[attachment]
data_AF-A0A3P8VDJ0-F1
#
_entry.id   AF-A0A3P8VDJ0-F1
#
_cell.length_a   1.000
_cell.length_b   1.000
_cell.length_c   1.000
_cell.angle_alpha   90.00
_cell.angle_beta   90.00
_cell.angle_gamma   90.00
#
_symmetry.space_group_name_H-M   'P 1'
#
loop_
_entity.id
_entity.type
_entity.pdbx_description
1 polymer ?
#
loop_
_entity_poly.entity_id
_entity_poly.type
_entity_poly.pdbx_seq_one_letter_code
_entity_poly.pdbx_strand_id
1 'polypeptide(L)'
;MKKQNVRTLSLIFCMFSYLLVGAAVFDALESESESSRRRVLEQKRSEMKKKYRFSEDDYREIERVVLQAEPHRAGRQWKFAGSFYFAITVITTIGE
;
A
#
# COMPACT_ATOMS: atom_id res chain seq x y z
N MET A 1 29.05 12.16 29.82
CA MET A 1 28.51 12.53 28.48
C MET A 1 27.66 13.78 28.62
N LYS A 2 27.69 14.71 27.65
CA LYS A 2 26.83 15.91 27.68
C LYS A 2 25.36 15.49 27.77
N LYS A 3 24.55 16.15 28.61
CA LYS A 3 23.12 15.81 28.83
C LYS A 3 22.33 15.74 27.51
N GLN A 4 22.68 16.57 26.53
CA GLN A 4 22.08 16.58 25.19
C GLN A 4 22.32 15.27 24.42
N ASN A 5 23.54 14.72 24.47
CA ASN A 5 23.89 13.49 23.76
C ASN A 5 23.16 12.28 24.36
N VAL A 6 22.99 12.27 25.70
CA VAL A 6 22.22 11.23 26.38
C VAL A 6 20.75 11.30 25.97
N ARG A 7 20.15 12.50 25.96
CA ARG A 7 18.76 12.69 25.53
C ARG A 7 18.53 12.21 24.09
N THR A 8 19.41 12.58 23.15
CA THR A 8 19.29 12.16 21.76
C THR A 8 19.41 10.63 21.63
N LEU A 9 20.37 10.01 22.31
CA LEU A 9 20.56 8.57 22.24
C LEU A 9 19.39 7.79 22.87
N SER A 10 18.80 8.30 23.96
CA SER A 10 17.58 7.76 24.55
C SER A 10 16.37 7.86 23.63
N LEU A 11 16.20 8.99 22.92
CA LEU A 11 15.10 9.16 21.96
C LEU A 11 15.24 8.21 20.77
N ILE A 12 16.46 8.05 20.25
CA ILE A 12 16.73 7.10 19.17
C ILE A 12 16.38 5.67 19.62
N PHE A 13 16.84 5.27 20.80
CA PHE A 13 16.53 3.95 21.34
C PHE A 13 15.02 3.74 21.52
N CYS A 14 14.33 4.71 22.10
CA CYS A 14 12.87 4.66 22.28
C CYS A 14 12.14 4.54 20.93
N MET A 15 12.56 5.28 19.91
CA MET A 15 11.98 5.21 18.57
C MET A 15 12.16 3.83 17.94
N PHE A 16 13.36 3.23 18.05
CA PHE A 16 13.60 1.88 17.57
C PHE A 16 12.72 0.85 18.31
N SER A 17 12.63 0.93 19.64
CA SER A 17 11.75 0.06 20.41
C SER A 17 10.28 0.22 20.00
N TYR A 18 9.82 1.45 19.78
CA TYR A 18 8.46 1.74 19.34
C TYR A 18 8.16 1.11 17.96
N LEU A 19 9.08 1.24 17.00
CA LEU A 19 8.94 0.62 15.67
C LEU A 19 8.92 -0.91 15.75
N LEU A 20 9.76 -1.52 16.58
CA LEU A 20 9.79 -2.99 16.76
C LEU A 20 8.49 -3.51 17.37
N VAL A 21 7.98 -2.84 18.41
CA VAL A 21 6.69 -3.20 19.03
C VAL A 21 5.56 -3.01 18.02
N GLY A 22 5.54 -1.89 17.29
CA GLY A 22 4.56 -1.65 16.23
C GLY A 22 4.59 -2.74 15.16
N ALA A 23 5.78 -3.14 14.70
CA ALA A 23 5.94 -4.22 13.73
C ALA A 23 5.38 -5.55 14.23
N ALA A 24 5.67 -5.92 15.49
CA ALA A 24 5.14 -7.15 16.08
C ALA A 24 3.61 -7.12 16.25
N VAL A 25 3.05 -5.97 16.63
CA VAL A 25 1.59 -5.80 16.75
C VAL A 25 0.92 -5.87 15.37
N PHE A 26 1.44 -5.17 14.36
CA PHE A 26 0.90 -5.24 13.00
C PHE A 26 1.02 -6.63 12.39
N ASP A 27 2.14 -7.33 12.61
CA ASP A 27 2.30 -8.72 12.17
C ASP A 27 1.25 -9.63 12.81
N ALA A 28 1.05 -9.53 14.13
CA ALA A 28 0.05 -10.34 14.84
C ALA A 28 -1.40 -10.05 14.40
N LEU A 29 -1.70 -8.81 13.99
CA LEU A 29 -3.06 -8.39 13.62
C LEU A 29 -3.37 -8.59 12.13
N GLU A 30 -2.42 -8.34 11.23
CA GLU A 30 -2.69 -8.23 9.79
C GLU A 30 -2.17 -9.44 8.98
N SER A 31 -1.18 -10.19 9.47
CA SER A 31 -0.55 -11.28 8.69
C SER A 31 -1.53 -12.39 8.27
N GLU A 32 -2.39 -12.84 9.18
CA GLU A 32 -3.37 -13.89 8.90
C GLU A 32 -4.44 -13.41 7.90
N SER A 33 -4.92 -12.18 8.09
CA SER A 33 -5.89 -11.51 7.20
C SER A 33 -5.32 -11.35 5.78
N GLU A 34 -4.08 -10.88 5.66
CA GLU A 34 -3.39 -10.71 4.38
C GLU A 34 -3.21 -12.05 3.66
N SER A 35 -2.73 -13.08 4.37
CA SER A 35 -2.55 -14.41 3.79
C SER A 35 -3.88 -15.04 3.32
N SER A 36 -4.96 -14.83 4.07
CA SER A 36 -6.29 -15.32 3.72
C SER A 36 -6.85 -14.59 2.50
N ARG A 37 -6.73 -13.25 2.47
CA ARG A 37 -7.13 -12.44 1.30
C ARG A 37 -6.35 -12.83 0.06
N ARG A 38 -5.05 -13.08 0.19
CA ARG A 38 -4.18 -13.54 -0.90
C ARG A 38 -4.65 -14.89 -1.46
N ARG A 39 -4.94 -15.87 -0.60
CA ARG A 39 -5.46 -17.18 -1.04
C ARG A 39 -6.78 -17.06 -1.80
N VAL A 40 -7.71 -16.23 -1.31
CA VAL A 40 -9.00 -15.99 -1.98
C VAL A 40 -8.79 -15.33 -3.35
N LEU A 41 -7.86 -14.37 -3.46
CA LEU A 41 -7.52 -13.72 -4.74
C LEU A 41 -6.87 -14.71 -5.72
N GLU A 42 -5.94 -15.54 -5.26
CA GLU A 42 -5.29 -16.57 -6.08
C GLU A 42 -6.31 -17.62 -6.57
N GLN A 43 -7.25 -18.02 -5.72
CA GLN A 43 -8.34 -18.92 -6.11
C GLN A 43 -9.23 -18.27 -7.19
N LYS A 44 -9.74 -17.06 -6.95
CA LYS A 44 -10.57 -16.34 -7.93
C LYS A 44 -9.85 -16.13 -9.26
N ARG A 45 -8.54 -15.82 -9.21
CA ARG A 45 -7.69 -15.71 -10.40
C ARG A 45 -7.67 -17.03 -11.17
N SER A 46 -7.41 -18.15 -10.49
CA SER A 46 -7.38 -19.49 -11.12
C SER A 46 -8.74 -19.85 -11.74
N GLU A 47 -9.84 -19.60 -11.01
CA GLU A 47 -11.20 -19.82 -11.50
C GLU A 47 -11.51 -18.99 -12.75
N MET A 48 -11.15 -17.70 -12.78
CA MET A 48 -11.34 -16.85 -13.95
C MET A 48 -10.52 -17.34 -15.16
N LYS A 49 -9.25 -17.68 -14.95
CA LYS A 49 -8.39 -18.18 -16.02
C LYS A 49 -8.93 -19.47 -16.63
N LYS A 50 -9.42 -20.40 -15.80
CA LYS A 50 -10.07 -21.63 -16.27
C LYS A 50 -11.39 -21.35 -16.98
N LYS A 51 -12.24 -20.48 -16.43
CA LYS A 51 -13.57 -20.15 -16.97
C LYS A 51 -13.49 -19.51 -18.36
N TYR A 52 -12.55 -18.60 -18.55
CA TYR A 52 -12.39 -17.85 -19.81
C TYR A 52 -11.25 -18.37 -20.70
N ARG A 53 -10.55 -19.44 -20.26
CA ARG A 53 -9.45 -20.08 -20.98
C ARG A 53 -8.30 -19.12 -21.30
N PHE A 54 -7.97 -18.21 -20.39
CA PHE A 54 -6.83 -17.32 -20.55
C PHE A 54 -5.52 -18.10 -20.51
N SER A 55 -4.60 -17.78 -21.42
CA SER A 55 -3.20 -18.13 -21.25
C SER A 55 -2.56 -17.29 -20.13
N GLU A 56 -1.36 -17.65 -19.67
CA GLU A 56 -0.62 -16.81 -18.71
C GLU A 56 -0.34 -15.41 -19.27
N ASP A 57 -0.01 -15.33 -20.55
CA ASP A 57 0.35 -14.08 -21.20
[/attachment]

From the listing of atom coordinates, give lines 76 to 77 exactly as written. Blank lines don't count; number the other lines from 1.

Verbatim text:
N PHE A 16 13.36 3.23 18.05
CA PHE A 16 13.60 1.88 17.57